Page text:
On December 2, 2015, the IAEA issued its assessment on past and present outstanding issues related to Iran’s nuclear program and its Possible Military Dimensions (PMD). Buried in a footnote is a crucial detail: the presence of man-made uranium particles at the Parchin military complex. Last week, The Wall Street Journal’s Jay Solomon reported U.S. officials saying those particles likely relate to previous nuclear weapons activities, thereby raising even more questions. For example, where is the nuclear material used for those nuclear weapons activities, and what is the source of the particles found at Parchin? The question of whether Iran still has undeclared nuclear material is therefore critical.
Since 2004, the IAEA has sought answers from Iran on PMD. A key focus of these investigations was hydrodynamic testing in a high-explosives test chamber at Parchin, according to information provided to the Agency. Iran granted the IAEA access to the facility twice in 2005, but the IAEA was unaware of information that subsequently surfaced on high-explosive tests.
In 2011, the IAEA asked for clarifications relating to a test chamber in Parchin. Failing to get a response, the Agency requested access to the location in 2012, but Iran refused. Instead, Tehran embarked on several changes and clean-up activities, including shrouding the main building, as well as removing, replacing, or refurbishing external wall structures and part of a building’s roof. Overhead imagery further showed that five other buildings in the vicinity were demolished during that time, as well as indications of significant paving-over and landscaping at and around the site.
On July 14, 2015, alongside the nuclear agreement, the IAEA and Iran agreed on a Road Map to address outstanding issues, including those related to Parchin. Under these special arrangements, Tehran took environmental samples while the Agency observed remotely.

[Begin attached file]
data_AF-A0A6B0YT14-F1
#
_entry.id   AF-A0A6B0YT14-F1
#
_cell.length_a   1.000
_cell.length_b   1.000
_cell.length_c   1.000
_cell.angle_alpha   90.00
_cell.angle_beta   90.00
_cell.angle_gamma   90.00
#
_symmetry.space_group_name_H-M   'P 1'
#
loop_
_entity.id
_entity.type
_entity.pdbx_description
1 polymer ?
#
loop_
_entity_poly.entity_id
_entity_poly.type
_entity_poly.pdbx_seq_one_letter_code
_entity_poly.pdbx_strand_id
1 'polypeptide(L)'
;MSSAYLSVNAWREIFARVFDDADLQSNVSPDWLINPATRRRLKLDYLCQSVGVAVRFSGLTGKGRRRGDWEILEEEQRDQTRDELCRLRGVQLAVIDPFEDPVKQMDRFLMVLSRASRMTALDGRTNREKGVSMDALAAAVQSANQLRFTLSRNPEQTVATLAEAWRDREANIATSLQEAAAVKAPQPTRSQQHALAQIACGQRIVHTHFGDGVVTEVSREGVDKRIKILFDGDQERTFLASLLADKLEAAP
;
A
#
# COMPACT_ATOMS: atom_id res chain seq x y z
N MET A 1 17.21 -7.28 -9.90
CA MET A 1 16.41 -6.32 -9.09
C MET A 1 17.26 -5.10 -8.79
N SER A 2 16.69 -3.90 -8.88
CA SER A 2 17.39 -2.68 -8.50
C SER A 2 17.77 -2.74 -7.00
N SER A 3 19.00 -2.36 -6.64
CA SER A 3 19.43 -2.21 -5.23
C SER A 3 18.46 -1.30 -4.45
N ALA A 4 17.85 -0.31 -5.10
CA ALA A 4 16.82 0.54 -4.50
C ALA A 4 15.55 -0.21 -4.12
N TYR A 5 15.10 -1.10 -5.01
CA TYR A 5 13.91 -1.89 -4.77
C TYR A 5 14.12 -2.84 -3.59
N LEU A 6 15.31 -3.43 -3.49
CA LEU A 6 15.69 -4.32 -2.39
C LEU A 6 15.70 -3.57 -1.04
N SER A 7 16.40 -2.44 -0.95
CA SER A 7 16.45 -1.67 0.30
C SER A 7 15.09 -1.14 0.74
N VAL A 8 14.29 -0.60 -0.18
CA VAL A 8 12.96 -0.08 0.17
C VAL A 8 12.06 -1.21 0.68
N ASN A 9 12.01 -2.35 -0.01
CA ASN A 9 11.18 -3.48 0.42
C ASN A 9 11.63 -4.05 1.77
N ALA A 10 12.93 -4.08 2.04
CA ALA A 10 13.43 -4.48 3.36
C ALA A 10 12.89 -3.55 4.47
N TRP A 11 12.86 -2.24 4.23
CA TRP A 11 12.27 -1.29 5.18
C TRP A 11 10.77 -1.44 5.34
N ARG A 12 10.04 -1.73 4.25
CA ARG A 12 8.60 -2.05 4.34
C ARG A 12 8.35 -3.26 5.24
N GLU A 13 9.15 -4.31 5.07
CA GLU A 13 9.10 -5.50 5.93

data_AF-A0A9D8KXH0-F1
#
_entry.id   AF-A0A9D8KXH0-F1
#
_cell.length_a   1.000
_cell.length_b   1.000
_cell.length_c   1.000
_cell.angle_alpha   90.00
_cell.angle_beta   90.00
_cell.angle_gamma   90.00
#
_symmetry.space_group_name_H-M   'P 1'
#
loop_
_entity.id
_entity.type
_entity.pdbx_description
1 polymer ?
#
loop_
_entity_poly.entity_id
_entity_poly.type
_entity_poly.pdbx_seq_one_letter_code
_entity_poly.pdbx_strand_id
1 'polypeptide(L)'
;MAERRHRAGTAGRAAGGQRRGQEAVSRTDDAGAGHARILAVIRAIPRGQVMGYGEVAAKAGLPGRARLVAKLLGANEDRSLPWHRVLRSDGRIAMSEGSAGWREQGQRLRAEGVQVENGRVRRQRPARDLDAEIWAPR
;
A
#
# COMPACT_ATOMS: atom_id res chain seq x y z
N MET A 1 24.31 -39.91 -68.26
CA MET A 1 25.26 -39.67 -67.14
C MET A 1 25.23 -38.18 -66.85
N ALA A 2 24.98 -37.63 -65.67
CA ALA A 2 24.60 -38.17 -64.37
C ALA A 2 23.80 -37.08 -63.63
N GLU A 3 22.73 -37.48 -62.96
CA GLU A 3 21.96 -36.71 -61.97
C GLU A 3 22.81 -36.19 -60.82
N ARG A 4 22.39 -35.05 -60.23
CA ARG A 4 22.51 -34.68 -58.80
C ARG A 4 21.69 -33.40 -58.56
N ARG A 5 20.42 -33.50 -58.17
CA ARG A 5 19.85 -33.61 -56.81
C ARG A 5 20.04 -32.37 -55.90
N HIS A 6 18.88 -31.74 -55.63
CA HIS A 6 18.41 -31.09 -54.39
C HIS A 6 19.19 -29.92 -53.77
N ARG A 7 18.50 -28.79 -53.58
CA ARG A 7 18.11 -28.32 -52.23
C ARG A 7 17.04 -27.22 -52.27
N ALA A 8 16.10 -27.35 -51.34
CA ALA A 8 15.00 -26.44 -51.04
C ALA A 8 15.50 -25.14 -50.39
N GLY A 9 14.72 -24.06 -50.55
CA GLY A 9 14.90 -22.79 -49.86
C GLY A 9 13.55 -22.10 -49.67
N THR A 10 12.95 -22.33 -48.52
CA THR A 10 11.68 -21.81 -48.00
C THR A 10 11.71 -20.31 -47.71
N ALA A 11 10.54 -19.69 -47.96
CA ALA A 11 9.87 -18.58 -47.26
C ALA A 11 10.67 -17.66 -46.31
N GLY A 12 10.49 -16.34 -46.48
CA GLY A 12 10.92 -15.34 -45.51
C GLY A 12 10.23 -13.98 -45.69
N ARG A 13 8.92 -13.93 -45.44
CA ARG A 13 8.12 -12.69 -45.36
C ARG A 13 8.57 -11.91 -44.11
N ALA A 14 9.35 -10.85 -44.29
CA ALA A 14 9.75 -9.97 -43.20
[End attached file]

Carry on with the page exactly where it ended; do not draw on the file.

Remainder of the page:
Iranian authorities had stated that the identified building had always been used to store chemical material for the production of explosives. However, environmental samples did not indicate explosive compounds or their precursors that would have corroborated that explanation. Rather, sampling turned up two chemically modified particles of natural uranium. Such a small number of particles with this elemental composition and morphology is insufficient to definitively connect the location with nuclear activities, but the IAEA concluded that the information available does not support Iran’s statements on the building’s purpose.
While the IAEA’s inspection findings about Parchin matter, the follow-up process is just as important. The Agency, however, has not indicated what kind of action it has been taken to confirm whether these particles point to undeclared nuclear material in Parchin or elsewhere in Iran. Such follow-up is standard procedure under the comprehensive safeguards agreement, which requires the state to declare all nuclear material in its territory. The Agency’s December report, Implementation Day report, and two subsequent post-Implementation reports do not indicate if it has sought clarifications or asked for re-sampling, which would be the IAEA’s standard next step for inconclusive findings.
On December 15, 2015, the IAEA Board of Governors closed its consideration of PMD-related issues, but the Agency still has an obligation to carry out its safeguards verification mission under the comprehensive safeguards agreement. The possible existence of undeclared uranium at Parchin gets to the heart of those provisions: It is the duty of the IAEA Secretariat to report to the board on its verification work in Iran. The Agency must continue to transparently document its follow-up in verifying the completeness and correctness of Iran’s declarations. Some of the most important of these, according to the terms of the comprehensive safeguards agreement, are findings and locations related to PMD and Parchin.
Dr. Olli Heinonen is a senior advisor on science and nonproliferation at the Foundation for Defense of Democracies. He is the former deputy director general of the International Atomic Energy Agency (IAEA) and head of its Department of Safeguards.